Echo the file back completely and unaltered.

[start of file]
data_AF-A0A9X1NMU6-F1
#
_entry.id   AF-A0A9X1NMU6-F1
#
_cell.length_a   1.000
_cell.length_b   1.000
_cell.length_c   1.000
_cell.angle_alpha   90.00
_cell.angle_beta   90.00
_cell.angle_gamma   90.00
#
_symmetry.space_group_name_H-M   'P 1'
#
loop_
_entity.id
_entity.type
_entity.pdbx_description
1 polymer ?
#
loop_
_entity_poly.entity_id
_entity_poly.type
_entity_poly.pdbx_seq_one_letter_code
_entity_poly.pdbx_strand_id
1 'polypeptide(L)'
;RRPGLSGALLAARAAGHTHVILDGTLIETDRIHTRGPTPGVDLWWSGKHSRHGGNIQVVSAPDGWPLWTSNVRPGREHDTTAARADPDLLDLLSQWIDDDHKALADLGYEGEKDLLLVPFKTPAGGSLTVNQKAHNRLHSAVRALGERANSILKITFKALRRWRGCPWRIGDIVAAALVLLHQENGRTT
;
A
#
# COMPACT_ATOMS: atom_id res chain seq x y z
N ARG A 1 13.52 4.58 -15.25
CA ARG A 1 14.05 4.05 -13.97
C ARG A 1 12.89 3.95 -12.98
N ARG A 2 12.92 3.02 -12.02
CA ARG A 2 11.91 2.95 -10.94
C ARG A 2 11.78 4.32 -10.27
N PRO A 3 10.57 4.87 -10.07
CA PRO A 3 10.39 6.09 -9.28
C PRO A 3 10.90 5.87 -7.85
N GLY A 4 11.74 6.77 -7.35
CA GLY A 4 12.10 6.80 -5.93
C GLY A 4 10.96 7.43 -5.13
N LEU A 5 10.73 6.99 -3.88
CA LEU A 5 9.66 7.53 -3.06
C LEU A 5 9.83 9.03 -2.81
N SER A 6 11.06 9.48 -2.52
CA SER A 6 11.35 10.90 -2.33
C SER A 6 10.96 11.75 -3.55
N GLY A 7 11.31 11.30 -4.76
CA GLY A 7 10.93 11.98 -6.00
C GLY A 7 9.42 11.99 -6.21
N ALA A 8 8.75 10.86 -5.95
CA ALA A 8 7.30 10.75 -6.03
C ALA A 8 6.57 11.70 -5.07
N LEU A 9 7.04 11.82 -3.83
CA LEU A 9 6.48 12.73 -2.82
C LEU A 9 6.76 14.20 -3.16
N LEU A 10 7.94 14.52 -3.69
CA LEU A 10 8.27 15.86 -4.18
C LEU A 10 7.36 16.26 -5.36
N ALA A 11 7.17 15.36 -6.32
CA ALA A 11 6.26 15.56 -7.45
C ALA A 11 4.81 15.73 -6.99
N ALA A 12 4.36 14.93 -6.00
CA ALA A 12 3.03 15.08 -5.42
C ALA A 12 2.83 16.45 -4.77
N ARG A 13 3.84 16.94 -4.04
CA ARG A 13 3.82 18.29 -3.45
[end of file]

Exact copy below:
data_AF-A0A9X1NMU6-F1
#
_entry.id   AF-A0A9X1NMU6-F1
#
_cell.length_a   1.000
_cell.length_b   1.000
_cell.length_c   1.000
_cell.angle_alpha   90.00
_cell.angle_beta   90.00
_cell.angle_gamma   90.00
#
_symmetry.space_group_name_H-M   'P 1'
#
loop_
_entity.id
_entity.type
_entity.pdbx_description
1 polymer ?
#
loop_
_entity_poly.entity_id
_entity_poly.type
_entity_poly.pdbx_seq_one_letter_code
_entity_poly.pdbx_strand_id
1 'polypeptide(L)'
;RRPGLSGALLAARAAGHTHVILDGTLIETDRIHTRGPTPGVDLWWSGKHSRHGGNIQVVSAPDGWPLWTSNVRPGREHDTTAARADPDLLDLLSQWIDDDHKALADLGYEGEKDLLLVPFKTPAGGSLTVNQKAHNRLHSAVRALGERANSILKITFKALRRWRGCPWRIGDIVAAALVLLHQENGRTT
;
A
#
# COMPACT_ATOMS: atom_id res chain seq x y z
N ARG A 1 13.52 4.58 -15.25
CA ARG A 1 14.05 4.05 -13.97
C ARG A 1 12.89 3.95 -12.98
N ARG A 2 12.92 3.02 -12.02
CA ARG A 2 11.91 2.95 -10.94
C ARG A 2 11.78 4.32 -10.27
N PRO A 3 10.57 4.87 -10.07
CA PRO A 3 10.39 6.09 -9.28
C PRO A 3 10.90 5.87 -7.85
N GLY A 4 11.74 6.77 -7.35
CA GLY A 4 12.10 6.80 -5.93
C GLY A 4 10.96 7.43 -5.13
N LEU A 5 10.73 6.99 -3.88
CA LEU A 5 9.66 7.53 -3.06
C LEU A 5 9.83 9.03 -2.81
N SER A 6 11.06 9.48 -2.52
CA SER A 6 11.35 10.90 -2.33
C SER A 6 10.96 11.75 -3.55
N GLY A 7 11.31 11.30 -4.76
CA GLY A 7 10.93 11.98 -6.00
C GLY A 7 9.42 11.99 -6.21
N ALA A 8 8.75 10.86 -5.95
CA ALA A 8 7.30 10.75 -6.03
C ALA A 8 6.57 11.70 -5.07
N LEU A 9 7.04 11.82 -3.83
CA LEU A 9 6.48 12.73 -2.82
C LEU A 9 6.76 14.20 -3.16
N LEU A 10 7.94 14.52 -3.69
CA LEU A 10 8.27 15.86 -4.18
C LEU A 10 7.36 16.26 -5.36
N ALA A 11 7.17 15.36 -6.32
CA ALA A 11 6.26 15.56 -7.45
C ALA A 11 4.81 15.73 -6.99
N ALA A 12 4.36 14.93 -6.00
CA ALA A 12 3.03 15.08 -5.42
C ALA A 12 2.83 16.45 -4.77
N ARG A 13 3.84 16.94 -4.04
CA ARG A 13 3.82 18.29 -3.45